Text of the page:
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  • Writer's pictureSurviving Breast Cancer

The Framework of a Healing Circle

By Ilene Kaminsky


Something is missing. Where’s the deep emotional fallout that makes us wobble as we try our best to balance on that one wheel without handlebars to steer ourselves post diagnosis?


There’s pain:

Embarrassment

Physical changes

Sexual changes

Loss of identity



Once we accept that we are doing the work, we can silence our internal critic that believes that feeling pain means we’re “doing something wrong.” Instead, we begin to understand that feeling our pain is important and productive.


When we understand the true nature of our work, we can summon compassion for ourselves as we move through our uncomfortable feelings on the path to healing, peace, and wholeness.


The Healing Circle Framework has changed my life. I’ve applied it to my most acutely painful emotions as well as milder ones. I’ve applied it to one on one conversation and used parts of the framework in broader discussions, like support groups.


Here’s a great example of applying part of the framework. I’m in a Monday night MBC support group that I attend about 90% of the time. There are weeks I’ve not got the stamina or the energy I need to keep up with all that happens in what usually runs about 1 hour and 45 minutes. The call, on zoom, felt frantic to me at times.


“You’re not trying hard enough.”


Then there are those darkest moments of sorrow, the moments when grief shakes even our sturdiest foundations. When we lose a loved one. When illness consumes us. When we experience a tragedy so emotionally excruciating that it redefines our very understanding of pain.


In these moments, when we can’t find a single silver lining for miles, we can summon the courage to sit with our sorrow. We can find solace in the truth that there is simply nothing else to do.


Experiencing our grief—if only for moments at a time—is work. This is the work of living on this Earth, of being human, and of surviving the universal rites of passage that mark our lives as we age.


Somehow, the vast majority of people around me have weathered similarly painful times. The mere fact of their existence, when I’m certain I will shatter into nothingness, is strength enough to soldier on.


Before I learned the benefit of sitting with my feelings, doing work of this nature didn’t appeal to me. Why wallow in sorrow when you could just do something about it? I wondered.


When I felt uncomfortable, I would find a way to occupy my time and distract my heart. I’d burrow my nose in a screen until I was only dimly aware of the world around me; call one friend after another, repeating the same painful story, swimming concentric circles around my pain without ever diving in; grab a pen and scribble a to-do list to feel the rush of purposefulness at the expense of true catharsis.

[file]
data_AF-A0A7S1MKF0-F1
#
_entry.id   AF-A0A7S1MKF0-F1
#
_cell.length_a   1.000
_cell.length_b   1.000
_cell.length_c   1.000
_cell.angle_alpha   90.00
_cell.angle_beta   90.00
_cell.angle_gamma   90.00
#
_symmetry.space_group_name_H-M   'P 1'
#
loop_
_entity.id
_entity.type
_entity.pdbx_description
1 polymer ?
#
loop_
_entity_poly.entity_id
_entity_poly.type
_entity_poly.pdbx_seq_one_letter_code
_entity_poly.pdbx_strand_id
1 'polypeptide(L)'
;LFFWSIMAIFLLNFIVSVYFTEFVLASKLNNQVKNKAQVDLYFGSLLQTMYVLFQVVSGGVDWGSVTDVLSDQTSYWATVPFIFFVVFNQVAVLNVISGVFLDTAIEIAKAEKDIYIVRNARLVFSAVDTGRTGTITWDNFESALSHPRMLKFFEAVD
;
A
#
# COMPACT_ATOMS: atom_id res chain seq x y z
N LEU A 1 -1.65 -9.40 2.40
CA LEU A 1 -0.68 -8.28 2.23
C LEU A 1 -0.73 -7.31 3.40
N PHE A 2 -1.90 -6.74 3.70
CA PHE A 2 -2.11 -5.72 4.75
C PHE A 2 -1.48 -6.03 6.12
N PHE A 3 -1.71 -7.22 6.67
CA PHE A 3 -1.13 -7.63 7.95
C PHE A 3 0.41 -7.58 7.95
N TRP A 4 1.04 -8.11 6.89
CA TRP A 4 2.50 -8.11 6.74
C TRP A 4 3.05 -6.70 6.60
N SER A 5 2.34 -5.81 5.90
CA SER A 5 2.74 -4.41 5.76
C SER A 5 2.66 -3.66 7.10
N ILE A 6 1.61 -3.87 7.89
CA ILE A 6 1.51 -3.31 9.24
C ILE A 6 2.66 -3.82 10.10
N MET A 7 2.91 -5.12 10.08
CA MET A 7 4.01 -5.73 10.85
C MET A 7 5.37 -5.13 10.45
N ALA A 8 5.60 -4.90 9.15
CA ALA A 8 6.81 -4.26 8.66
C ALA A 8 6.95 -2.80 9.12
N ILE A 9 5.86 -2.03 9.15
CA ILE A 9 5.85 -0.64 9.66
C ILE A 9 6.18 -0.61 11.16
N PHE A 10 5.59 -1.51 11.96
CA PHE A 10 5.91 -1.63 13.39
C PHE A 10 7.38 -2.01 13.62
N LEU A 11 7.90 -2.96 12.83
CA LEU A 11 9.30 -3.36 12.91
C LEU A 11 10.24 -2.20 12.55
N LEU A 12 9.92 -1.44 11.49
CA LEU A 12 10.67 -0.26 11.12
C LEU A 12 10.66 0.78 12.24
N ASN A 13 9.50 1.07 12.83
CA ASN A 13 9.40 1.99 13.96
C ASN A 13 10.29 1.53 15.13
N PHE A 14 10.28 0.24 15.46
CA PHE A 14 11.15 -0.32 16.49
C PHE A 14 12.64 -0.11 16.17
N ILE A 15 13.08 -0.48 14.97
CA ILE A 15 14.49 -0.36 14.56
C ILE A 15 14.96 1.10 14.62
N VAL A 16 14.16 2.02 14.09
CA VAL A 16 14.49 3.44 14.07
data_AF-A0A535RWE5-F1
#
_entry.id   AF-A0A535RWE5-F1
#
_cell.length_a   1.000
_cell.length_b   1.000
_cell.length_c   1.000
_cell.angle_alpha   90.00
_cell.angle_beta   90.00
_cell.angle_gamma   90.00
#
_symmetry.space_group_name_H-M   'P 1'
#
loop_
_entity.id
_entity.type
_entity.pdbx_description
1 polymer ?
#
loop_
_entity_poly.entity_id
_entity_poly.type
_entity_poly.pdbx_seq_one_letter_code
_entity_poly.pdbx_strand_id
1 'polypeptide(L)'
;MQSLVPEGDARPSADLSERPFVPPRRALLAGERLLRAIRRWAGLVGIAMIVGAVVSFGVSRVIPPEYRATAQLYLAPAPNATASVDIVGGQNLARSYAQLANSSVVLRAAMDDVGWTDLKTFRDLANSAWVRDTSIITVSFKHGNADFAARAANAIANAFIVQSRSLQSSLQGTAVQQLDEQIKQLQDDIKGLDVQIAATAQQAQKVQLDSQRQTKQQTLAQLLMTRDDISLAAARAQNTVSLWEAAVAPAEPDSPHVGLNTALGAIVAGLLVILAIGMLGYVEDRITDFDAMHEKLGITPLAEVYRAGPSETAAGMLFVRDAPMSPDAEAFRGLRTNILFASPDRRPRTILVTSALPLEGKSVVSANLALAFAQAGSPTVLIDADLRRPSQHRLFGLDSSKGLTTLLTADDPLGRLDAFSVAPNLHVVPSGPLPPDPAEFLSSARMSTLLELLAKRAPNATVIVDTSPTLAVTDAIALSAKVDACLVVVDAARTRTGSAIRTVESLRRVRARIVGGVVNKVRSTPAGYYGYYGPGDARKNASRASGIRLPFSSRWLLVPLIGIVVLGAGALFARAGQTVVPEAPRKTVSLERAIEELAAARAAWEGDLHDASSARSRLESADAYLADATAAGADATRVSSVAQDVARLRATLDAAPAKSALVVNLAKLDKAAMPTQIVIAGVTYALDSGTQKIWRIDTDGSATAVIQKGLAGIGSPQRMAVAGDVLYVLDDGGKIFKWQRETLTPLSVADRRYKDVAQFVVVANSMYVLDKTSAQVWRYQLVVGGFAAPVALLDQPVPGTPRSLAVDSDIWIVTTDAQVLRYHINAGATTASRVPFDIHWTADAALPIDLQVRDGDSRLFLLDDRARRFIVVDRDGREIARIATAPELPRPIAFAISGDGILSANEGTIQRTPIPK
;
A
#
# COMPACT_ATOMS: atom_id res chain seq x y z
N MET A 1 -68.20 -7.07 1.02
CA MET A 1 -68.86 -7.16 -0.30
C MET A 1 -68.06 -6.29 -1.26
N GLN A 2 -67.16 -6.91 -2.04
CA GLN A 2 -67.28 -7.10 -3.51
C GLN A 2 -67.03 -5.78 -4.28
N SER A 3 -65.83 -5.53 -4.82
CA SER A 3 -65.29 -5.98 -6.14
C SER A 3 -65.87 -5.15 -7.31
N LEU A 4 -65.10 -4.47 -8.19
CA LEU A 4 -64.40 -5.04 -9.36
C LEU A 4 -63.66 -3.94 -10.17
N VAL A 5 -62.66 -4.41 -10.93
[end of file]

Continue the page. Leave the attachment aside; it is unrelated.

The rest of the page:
In retrospect, it’s easy to see that my “coping strategies” were no such thing.


When we distract ourselves from our pain with a flurry of motion, we fool ourselves into thinking we’re being productive. We fall victim to the addictive high of the quick fix.


Which begs the question: Given the undeniable difficulty of this brand of work, why do it at all? What is the reward for expending such mental and physical effort?


Different folks will offer different answers. As for me, I’ve always believed that our purpose on this earth is to live our richest, most beautiful lives. Anything less seems like a terrible waste of the gift of conscious experience.


I believe that in order to live such lives, we must live our essential truth. Living our essential truth means making the conscious effort to feel the spectrum of our pain, magnificent and minor. It means giving ourselves permission to feel emotions as they are, and rid our lives of the pressures to conform, perform, and self-delude.


When we act in accordance with our deepest feelings, our lives become simpler. Instead of constantly choosing how to act or what to say—spurring waterfalls of anxiety and self-doubt –there is always one choice: the choice that is true for us. The choice that we feel in our hearts.


The next time you are hurting, uncomfortable, or lonely, feel your pain. Feel as much of it as you can bear. Your pain is a necessary step on your journey towards healing. And remember:

You are doing your best.

You are healing at exactly the right pace.

You are doing work.

Your work has meaning.

It can serve a purpose.

It can serve you.


I wanted to offer sanctuary to those who felt that they had an inner journey but down a very lonely road. So many of us do our best to heal alone with metastatic breast cancer or with any cancer.


But our circle is very special. Not all circles hold together as well as ours. We began with a goal of three months or six “sessions.” I knew at first and for a while I’d be a host without a guardian but one would show up naturally out of the group and so one has.

Yet as strong as the rim of our circle, it can collapse at any time if there’s no one with the je ne sai quois to shepherd the highly emotional sharing that takes place in such a confidential but safe container to dump our feelings into without fear.


We all want to fix and help but this is not a forum as such. A support group and a healing circle depart ways here especially.



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Surviving Breast Cancer provides breast cancer support, events, and webinars at no cost to you! Whether you are looking to gain more knowledge on a particular topic or meet up with other breast cancer survivors, we have something for everyone. 

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